The implementation progress report included financial considerations. Some sums had been ‘ring fenced’ by the Departments of Health and Environment for a pilot programme of deinstitutionalisation following the congregated settings report. However, the report stated: ‘It is recognised that there is no dedicated funding stream to support the personal support needs of people living in communities who wish to pursue a social housing option. This issue will be examined in the context of work to be undertaken by the Housing Subgroup in 2014 in respect of tenancy sustainment services and costs to facilitate independent living in line with the UN Convention of the Rights of Persons with Disabilities.’
Another future-tense policy statement was that ‘the DECLG will continue to explore mechanisms to increase the supply of social housing for people with disabilities, including through engagement with NAMA on the delivery of units which may be suitable and opportunities arising in the context of additional investment in local authority housing in 2014 through construction and investment to bring long term vacant units back into social use.’
Most recently, we have the Social Housing Strategy 2020 (November 2014), which incorporates (in ‘Box 3’, p.16) the disability strategy. If you print out the document you can monitor the delivery of 37 social housing strategy actions in five ‘work streams’, over the five years of the strategy implementation. The actions include familiar terms: ‘agree targets’, ‘commence legislation’, ‘strengthen’, ‘carry out an internal review’, ‘carry out detailed analysis’, ‘consider the development of’ …
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Ireland is very good at devising impressive policies. A quick search on Google shows many more like those above. Canny Frontline readers-between-the-lines may have guessed that this author is a policy-cynic! We talk the talk, but …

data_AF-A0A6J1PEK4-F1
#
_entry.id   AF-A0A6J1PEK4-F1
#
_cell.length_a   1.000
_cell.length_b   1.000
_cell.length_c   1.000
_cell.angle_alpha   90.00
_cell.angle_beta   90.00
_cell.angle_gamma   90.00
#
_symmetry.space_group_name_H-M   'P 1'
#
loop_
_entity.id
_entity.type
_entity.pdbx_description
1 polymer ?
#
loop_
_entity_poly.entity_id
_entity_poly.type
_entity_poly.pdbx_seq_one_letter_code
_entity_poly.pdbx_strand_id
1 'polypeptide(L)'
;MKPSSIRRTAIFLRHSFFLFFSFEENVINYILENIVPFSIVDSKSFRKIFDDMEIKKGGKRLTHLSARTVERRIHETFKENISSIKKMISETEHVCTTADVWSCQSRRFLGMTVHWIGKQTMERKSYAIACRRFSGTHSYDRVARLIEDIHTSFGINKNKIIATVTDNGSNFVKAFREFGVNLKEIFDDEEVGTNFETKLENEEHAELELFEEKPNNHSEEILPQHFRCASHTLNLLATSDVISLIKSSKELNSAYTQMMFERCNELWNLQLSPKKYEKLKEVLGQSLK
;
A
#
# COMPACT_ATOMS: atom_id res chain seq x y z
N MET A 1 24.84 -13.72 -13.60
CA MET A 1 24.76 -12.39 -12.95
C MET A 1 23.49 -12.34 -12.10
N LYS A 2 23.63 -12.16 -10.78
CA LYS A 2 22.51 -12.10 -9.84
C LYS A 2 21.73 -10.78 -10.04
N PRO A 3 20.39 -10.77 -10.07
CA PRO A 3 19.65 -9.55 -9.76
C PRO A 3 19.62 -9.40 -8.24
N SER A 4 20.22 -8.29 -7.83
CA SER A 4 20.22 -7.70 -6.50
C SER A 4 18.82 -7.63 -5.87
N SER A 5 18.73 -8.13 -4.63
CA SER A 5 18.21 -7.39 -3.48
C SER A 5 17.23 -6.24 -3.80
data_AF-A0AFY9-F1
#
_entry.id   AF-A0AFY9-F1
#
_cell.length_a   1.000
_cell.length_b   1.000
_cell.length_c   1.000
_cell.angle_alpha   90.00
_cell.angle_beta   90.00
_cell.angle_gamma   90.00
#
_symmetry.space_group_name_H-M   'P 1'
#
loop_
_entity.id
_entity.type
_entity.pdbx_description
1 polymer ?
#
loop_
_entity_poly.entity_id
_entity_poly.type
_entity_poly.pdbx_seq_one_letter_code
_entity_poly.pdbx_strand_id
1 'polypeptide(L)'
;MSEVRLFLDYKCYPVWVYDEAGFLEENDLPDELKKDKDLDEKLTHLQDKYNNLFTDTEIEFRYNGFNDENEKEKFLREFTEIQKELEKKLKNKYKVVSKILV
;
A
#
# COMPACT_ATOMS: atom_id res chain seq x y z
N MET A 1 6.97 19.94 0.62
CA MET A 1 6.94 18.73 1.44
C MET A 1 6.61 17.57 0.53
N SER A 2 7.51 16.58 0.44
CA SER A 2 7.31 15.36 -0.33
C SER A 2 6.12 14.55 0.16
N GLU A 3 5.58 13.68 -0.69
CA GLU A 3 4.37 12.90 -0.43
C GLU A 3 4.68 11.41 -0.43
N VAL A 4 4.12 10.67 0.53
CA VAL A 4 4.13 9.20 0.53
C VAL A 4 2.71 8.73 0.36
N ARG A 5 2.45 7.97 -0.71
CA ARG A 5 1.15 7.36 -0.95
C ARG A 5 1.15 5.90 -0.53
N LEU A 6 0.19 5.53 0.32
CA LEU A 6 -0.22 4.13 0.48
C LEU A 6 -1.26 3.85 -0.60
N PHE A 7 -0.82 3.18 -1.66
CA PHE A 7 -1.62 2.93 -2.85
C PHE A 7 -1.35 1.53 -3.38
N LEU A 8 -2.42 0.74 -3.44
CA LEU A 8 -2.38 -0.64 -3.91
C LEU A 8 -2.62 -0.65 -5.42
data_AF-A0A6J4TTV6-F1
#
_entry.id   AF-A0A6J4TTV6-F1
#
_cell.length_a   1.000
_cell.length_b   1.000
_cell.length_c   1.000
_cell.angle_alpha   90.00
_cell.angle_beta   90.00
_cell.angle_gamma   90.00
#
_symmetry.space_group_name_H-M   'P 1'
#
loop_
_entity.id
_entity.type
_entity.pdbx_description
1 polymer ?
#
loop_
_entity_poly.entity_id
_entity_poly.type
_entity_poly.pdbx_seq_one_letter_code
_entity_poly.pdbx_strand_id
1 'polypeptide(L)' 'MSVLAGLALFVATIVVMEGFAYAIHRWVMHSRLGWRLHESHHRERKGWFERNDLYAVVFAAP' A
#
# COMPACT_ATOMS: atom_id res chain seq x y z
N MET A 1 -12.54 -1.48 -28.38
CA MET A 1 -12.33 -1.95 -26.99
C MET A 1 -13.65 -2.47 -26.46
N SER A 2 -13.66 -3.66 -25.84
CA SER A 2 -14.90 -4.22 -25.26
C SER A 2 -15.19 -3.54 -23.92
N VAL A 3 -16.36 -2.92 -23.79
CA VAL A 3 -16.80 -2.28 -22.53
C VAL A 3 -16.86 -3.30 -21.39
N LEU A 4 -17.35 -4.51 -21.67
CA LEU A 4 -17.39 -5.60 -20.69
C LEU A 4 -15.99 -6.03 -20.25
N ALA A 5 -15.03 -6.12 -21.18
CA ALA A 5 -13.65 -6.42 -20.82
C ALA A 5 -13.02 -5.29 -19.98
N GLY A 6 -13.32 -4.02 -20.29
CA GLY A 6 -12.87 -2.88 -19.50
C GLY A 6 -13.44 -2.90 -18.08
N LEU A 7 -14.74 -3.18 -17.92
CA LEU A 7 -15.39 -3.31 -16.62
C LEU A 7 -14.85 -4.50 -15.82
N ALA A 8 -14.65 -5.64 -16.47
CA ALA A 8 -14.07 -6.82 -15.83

Recently, I attended a meeting at an ID support service where parents voiced raw concern for their family member’s support needs, and for a place to live independently. Despite very innovative thinking within services, the 20% reduction in their funding over the past five years has inevitably led to staffing reductions and programme retrenchments. It can seem a very gloomy world.
But, we need to focus on the positive. Never mind the policies—they only lead to disillusionment and frustration. It is more important for families to learn more about the real ‘system’, its possibilities and limitations. They can find advice from the Citizen’s Information Board, or training from Inclusion Ireland, Pathways for Possibilities or Leap. (online editor: can you put website links here please?). Collaboration is vital—with their family member’s disability service and with other families (see Avril Webster’s article in Frontline (Autumn 2013, 92, p.7).
People with disabilities have been ‘mainstreamed’ by the policy world—it has been beneficial in some ways, but also costly. National resources are limited. We in the world of intellectual disability must accept that others in our society also have ‘special needs’. We can only fight for an equitable share, by strongly advocating for the valid and demonstrable support requirements of our people. And we need to add our own resourcefulness to the equation as well.